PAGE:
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Ancient Egyptian Pharaoh Facts

By Yona Williams    6/26/08

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When it comes to Egyptian history, pharaohs are some of the most recognizable characters that both the young and old are interested in learning more about. With a mysterious past that doesn’t begin or end with one of the most renowned of pharaohs (King Tut), there is a lot that researchers and the public still don’t know, as new tombs and ancient artifacts are still being uncovered to this day.

In case you didn’t know, the name 'pharaoh' was given to an individual that served as a religious or political leader within the New Kingdom of ancient Egypt. It denotes an official of kingship and actually means "Great House," which was originally used to refer to the king's palace. However, over the years – its meaning has lost some of its use and meaning, as Egyptian history started to grow. It wasn’t long before the name became interchangeable with the reference for kings.

To get to know a little bit more about pharaohs, consider some of the facts listed below:

1) When Upper and Lower Egypt joined as one, this is when researchers mark the start of ancient Egypt – estimated around 3000 BC.

2) Throughout the stretch of 3,000 years when Egypt has at the height of its power – it is believed that there were close to 300 pharaohs that ruled over the land during this time period.

3) In ancient Egyptian times, it was the pharaoh that was the most significant individual about the land, as he owned everything associated with Egypt, including the people that resided in the country.

4) Some of the qualities that a pharaoh was expected to exhibit included becoming a decent ruler and showcasing strength and bravery as a warrior.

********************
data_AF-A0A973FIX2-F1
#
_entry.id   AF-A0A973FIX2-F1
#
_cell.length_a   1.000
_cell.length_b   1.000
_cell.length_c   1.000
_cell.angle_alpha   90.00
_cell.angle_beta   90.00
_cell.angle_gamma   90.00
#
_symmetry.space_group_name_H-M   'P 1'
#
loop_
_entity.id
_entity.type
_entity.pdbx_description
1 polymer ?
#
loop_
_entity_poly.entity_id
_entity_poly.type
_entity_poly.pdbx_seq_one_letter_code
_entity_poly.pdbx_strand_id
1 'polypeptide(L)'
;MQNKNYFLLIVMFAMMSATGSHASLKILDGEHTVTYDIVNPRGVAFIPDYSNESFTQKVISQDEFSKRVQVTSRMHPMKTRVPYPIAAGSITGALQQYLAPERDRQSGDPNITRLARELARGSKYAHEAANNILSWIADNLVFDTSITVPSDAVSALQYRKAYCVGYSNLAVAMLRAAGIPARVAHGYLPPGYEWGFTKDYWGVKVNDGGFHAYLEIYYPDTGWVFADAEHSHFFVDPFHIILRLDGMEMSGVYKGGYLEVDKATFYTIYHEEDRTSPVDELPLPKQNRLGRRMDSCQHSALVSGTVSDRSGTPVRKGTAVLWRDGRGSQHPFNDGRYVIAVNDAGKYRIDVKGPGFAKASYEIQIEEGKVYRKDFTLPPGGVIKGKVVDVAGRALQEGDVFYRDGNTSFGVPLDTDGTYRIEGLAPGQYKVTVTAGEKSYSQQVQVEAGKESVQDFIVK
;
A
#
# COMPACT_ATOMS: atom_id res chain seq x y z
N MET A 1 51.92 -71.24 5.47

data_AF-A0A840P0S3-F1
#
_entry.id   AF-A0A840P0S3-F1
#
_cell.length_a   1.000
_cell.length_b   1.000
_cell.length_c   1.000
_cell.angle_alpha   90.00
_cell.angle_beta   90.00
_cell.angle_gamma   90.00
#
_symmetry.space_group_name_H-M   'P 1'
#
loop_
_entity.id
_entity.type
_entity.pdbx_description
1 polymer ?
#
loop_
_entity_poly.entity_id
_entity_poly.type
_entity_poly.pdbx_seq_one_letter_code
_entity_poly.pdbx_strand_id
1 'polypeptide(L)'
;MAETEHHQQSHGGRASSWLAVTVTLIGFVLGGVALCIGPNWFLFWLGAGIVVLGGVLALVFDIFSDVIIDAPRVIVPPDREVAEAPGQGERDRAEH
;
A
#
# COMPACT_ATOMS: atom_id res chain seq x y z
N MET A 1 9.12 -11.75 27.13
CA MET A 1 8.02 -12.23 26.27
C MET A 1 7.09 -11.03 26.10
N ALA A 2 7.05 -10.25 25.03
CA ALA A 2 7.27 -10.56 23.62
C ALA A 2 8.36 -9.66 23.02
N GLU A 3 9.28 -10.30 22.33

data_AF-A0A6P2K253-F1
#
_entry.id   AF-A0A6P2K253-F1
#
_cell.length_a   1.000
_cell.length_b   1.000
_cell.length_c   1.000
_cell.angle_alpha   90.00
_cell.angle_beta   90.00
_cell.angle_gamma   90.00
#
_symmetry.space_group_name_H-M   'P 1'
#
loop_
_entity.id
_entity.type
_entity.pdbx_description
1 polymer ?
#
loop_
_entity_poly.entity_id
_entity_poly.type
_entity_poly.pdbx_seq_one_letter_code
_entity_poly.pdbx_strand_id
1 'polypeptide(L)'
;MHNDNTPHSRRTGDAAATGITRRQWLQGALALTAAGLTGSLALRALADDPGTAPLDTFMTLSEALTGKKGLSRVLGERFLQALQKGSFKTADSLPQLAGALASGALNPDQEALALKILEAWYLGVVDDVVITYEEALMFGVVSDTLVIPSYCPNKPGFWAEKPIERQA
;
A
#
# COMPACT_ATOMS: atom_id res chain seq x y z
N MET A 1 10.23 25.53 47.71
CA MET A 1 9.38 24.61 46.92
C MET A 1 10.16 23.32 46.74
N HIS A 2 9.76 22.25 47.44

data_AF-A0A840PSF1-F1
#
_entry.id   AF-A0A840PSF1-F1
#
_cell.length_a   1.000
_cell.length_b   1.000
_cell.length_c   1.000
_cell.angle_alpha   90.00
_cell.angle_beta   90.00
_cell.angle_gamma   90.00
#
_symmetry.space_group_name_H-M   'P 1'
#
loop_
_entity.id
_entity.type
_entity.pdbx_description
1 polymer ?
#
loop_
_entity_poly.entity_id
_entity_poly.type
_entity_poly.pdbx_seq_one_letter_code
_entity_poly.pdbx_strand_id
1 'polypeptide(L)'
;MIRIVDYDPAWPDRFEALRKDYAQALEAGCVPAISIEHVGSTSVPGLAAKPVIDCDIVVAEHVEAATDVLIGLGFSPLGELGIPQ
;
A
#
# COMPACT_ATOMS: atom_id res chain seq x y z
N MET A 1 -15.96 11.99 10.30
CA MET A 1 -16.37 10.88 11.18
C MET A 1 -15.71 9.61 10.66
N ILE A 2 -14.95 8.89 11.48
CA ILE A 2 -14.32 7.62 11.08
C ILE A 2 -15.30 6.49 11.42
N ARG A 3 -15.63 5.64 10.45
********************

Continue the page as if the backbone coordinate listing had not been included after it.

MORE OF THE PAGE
5) In order to become a pharaoh, a prince had to wait until his father died before this honor could take place.

6) When it came to running the country, the pharaoh looked towards the guidance of officials (called viziers or chief advisors), who took part in making important decisions.

7) During ancient Egyptian times, pharaohs were looked upon as gods.

8) The lineage of a pharaoh was believed to stay strong if they married a half-sister or a full-sister in an attempt to produce children that would possess the same blood of a god.

9) It took years to finish the construction of the burial tombs that would serve as the final resting place of pharaohs. These structures were quite important to the kings, as they played a role in the development and planning of their own pyramids.

10) Kings of Egypt wore a double crown that took characteristics from the Red Crown of Lower Egypt and the White Crown of Upper Egypt. When in battle, a pharaoh placed a blue crown on top of their head. This item was of a different shape.

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